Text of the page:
The Supreme Court on Monday tightened restrictions on gun purchases, ruling that the government can be strict in trying to weed out potential "straw" buyers who plan to traffic the weapons.
The 5-4 ruling, which saw court's four Democrat-appointed justices joined by Justice Anthony M. Kennedy in what was seen as the biggest test of gun rights during this term. The majority signaled their desire to strictly interpret gun laws when it comes to background checks.
"No piece of information is more important under federal firearms law than the identity of a gun's purchaser — the person who acquires a gun as a result of a transaction with a licensed dealer," Justice Elena Kagan wrote in the majority opinion.
The case involved a former police officer who thought he could get a discount on guns, and offered to buy one for his uncle. Bruce Abramski Jr. bought a Glock 19 and listed himself as the buyer, clearing a federal background check. He then transferred the gun to his uncle, again done through a federally licensed dealer, clearing a background check in compliance with state law.
But federal authorities said that violated the law, since he wasn't the true purchaser.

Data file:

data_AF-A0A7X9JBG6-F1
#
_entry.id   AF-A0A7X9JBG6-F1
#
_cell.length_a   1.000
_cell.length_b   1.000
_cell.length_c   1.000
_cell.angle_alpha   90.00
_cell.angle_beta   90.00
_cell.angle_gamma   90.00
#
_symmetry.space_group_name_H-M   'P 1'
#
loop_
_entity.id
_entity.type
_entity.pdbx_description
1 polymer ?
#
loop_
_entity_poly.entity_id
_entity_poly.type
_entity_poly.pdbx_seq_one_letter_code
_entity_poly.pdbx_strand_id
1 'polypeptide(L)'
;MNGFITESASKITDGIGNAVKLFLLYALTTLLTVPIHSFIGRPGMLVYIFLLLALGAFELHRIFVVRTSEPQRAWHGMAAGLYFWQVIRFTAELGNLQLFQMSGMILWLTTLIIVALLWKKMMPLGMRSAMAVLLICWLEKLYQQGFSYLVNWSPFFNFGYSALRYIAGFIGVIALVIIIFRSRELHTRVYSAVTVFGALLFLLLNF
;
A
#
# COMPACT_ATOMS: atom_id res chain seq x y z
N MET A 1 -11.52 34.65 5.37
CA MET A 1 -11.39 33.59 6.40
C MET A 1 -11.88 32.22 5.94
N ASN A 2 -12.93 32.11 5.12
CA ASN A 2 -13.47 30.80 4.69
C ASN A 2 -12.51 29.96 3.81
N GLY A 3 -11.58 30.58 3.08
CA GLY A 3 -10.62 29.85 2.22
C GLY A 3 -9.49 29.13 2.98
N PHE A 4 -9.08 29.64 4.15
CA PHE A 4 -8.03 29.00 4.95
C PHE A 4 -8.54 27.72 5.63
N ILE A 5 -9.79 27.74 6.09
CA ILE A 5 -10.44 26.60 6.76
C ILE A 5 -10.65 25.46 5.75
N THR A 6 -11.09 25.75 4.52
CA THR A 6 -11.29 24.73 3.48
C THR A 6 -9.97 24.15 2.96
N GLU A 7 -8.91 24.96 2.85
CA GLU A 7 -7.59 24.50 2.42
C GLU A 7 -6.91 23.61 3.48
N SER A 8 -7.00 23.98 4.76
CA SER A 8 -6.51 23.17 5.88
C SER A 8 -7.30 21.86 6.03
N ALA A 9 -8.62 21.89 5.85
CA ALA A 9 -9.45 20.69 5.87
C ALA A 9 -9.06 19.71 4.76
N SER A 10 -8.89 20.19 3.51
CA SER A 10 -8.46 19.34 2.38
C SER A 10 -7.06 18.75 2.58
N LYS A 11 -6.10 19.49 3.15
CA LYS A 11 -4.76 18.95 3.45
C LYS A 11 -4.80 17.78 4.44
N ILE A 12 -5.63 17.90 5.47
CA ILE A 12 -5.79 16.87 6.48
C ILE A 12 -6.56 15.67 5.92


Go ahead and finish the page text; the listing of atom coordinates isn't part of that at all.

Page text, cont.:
The ruling doesn't strike at the heart of the Second Amendment's right to bear arms, but it does signal an interest on the part of justices to make sure the laws Congress has written governing background checks are interpreted strictly.
In a chiding dissent, Justice Antonin Scalia said the fact that Mr. Abramski was transferring the weapon was not "material to the lawfulness" of the sale.
Justice Scalia detailed the federal rules governing sales, and said under ATF guidelines if Mr. Abramski had bought the gun and given it to his uncle as a gift, he would have been in the clear; if he had bought the gun to sell, but didn't have a specific customer in mind, he would have been fine; and if he'd bought the gun to raffle to an unknown person, he also would have been clear.
But because he bought the gun intending to sell it to someone specific, the ATF deemed him a straw purchaser.
Justice Scalia said that sounded hypocritical.
"What the scenarios described above show is that the statute typically is concerned only with the man at the counter, even where that man is in a practical sense a 'conduit' who will promptly transfer the gun to someone else," he said.
Justices Kagan and Scalia sparred over real-world examples.
"If I give my son $10 and tell him to pick up milk and eggs at the store, no English speaker would say that the store 'sells' the milk and eggs to me," he said.
Justice Kagan countered, saying it's ambiguous.
"If I send my brother to the Apple Store with money and instructions to purchase an iPhone, and then take immediate and sole possession of that device, am I the 'person' (or 'transferee') who has bought the phone or is he? Nothing in ordinary English usage compels an answer either way," she wrote.
Justice Scalia called that a "puzzling" distinction.
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